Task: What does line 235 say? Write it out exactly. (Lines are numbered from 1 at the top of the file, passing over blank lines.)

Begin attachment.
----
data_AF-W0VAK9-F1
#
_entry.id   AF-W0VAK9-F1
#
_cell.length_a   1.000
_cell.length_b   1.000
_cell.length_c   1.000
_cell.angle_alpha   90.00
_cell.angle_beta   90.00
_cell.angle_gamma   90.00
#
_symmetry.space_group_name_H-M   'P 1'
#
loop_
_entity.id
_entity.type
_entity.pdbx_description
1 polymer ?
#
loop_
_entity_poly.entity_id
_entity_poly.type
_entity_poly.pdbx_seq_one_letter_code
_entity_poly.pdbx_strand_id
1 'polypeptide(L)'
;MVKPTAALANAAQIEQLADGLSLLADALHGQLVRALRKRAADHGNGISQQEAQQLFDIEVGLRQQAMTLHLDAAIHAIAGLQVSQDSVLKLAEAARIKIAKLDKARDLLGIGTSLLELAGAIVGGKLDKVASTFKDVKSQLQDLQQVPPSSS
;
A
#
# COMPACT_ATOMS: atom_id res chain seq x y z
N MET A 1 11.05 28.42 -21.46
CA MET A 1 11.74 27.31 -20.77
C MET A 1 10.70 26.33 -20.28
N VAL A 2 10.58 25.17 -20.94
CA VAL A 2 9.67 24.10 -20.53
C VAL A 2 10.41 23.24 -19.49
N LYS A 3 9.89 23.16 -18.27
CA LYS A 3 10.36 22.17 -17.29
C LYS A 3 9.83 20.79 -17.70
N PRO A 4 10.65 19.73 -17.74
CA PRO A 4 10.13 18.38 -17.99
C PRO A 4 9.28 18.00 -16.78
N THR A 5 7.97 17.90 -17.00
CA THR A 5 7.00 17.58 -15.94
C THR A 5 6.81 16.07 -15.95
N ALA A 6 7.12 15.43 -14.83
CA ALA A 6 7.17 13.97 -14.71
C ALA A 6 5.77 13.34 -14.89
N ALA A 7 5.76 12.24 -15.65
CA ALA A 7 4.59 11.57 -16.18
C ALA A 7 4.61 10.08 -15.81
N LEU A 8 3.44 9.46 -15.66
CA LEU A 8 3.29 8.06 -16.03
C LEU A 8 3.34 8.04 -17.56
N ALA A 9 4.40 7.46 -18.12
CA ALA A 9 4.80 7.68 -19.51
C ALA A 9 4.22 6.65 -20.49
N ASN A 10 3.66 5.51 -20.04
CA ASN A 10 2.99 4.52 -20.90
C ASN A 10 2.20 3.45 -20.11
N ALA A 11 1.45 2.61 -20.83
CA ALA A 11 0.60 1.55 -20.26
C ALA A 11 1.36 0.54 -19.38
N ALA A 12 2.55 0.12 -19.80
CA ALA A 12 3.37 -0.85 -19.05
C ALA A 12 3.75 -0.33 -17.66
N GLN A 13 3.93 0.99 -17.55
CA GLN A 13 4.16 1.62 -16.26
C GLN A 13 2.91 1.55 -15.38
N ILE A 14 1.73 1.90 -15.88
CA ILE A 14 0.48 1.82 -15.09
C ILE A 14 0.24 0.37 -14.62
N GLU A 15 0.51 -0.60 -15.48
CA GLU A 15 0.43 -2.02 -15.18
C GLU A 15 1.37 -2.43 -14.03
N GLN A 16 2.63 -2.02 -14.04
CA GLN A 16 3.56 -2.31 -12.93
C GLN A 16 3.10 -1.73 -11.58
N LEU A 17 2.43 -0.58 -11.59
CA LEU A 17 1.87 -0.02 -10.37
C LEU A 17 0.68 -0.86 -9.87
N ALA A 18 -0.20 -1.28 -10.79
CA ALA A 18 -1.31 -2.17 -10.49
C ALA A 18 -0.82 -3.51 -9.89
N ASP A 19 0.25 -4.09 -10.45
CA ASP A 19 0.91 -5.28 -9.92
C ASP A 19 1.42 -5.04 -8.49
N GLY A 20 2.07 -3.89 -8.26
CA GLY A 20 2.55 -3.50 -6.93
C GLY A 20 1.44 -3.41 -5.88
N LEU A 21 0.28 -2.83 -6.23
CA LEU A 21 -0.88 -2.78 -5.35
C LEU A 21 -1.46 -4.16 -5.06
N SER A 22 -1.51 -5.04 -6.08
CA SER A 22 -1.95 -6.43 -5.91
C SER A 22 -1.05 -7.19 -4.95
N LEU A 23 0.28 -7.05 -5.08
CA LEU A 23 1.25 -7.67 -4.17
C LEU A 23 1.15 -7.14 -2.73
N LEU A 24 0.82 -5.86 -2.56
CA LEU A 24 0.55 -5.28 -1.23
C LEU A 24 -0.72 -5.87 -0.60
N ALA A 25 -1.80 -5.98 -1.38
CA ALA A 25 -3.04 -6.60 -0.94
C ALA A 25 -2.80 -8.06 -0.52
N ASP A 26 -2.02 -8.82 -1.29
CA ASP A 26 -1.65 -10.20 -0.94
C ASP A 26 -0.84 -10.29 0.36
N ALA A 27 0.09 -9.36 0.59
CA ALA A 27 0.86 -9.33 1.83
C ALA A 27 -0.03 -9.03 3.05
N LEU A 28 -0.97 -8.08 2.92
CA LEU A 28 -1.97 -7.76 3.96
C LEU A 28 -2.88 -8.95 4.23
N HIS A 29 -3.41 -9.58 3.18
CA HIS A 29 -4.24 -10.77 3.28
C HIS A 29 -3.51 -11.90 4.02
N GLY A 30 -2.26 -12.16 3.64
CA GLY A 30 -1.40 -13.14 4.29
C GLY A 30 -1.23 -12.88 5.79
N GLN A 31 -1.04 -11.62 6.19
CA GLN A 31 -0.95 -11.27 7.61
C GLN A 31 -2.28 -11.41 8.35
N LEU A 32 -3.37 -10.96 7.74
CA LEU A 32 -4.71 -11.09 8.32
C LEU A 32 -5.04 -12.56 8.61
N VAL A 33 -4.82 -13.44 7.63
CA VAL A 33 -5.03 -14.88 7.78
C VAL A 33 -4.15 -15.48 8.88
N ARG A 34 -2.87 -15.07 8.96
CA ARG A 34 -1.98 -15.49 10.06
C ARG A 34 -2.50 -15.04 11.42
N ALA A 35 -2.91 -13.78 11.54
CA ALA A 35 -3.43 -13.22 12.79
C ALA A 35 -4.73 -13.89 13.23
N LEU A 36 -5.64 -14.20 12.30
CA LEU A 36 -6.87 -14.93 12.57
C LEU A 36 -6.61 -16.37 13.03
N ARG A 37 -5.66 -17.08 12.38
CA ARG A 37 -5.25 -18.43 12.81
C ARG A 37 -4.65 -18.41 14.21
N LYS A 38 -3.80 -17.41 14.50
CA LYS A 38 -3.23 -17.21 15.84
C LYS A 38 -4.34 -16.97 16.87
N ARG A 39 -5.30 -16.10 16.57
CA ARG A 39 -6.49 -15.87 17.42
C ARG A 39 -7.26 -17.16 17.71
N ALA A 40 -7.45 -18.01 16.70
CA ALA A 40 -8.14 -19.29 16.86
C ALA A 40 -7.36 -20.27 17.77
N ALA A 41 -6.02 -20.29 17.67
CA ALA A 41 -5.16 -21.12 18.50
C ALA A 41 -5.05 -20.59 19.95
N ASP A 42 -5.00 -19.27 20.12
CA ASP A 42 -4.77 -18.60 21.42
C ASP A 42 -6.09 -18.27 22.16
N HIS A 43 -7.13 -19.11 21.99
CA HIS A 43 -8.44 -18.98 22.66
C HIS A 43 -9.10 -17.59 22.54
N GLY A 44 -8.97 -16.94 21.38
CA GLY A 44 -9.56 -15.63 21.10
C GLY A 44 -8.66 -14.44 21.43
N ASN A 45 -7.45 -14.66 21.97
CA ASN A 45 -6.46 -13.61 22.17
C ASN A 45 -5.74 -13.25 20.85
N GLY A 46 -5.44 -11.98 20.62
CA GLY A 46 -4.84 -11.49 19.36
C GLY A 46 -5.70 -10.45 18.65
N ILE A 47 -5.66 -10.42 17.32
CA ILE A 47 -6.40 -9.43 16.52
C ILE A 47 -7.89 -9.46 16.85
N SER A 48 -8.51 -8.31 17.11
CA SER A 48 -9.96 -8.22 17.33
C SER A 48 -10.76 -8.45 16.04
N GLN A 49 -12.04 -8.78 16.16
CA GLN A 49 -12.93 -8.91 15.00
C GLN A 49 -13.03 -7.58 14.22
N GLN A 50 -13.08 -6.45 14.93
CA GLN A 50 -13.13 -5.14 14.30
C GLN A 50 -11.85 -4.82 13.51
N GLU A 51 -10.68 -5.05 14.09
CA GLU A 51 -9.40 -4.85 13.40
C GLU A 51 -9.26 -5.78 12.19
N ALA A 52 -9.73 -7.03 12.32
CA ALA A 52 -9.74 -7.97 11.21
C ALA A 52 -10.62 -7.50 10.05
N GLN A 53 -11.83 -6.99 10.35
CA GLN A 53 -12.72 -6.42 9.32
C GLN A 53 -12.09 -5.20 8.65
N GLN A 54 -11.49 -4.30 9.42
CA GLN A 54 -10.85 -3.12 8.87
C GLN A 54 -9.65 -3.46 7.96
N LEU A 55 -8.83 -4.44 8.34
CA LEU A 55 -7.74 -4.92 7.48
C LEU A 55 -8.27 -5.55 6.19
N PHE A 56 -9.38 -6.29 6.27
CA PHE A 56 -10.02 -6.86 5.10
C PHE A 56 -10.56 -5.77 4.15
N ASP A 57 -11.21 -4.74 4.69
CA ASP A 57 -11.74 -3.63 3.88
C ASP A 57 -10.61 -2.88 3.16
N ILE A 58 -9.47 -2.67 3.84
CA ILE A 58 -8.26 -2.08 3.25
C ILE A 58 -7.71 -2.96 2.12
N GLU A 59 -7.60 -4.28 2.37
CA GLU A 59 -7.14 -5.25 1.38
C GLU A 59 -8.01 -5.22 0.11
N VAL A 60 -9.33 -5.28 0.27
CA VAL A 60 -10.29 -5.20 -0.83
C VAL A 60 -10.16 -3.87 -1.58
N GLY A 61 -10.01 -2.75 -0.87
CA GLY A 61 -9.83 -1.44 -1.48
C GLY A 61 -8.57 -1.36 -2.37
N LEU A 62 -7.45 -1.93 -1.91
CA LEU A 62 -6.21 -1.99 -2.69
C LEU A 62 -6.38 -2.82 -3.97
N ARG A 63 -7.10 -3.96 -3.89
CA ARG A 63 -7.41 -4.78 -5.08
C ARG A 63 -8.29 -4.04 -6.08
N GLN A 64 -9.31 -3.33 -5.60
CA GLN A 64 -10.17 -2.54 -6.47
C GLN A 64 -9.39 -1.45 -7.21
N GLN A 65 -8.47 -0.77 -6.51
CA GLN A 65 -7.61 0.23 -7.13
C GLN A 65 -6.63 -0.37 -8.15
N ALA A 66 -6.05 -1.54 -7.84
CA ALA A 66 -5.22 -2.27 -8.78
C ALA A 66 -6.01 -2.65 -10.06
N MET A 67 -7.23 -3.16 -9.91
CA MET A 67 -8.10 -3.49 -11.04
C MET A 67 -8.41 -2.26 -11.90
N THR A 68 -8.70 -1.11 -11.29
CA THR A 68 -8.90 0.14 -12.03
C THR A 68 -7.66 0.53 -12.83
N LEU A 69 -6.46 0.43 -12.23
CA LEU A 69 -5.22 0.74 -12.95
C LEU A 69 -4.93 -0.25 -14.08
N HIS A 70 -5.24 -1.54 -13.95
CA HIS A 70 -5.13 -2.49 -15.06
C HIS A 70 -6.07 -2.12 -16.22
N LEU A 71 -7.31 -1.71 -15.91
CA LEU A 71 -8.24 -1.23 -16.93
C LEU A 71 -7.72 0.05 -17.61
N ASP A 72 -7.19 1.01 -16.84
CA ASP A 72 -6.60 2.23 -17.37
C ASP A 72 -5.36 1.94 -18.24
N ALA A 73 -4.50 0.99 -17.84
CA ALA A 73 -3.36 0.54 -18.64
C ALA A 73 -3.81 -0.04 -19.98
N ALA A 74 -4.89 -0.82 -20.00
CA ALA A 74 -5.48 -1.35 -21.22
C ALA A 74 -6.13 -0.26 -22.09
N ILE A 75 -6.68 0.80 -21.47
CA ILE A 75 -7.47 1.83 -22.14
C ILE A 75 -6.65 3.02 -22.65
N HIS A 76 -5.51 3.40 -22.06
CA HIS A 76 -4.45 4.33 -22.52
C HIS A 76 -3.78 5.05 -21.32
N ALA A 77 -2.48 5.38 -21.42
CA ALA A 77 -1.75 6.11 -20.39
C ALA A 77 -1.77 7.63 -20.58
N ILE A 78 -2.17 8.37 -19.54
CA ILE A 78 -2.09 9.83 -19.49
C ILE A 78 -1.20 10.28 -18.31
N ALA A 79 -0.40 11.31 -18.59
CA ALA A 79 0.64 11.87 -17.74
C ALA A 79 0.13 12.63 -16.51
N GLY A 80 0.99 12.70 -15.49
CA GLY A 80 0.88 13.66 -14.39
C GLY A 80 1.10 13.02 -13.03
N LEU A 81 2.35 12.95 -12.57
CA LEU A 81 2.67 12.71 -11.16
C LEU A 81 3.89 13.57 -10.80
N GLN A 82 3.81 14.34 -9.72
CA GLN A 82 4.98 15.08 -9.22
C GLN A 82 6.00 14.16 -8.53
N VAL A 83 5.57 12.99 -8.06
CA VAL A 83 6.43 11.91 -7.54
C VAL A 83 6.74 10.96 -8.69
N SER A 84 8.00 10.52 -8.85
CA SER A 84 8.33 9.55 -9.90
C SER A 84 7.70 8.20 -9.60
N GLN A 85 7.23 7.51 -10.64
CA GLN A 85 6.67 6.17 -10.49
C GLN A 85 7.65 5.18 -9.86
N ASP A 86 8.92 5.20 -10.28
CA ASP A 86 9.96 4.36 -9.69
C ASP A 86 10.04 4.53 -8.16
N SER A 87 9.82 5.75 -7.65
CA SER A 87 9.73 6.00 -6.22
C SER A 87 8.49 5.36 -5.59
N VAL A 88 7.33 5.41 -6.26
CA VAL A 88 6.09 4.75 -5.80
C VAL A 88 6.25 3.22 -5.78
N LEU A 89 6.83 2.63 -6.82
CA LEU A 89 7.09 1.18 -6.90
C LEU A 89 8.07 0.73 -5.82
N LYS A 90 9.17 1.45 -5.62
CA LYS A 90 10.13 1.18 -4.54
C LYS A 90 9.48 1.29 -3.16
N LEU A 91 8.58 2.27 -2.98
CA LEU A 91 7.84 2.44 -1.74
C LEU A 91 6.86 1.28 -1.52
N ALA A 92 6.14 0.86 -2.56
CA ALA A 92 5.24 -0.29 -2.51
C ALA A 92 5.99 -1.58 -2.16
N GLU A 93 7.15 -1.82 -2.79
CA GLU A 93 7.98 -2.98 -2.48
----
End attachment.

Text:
N LEU A 69 -6.46 0.43 -12.23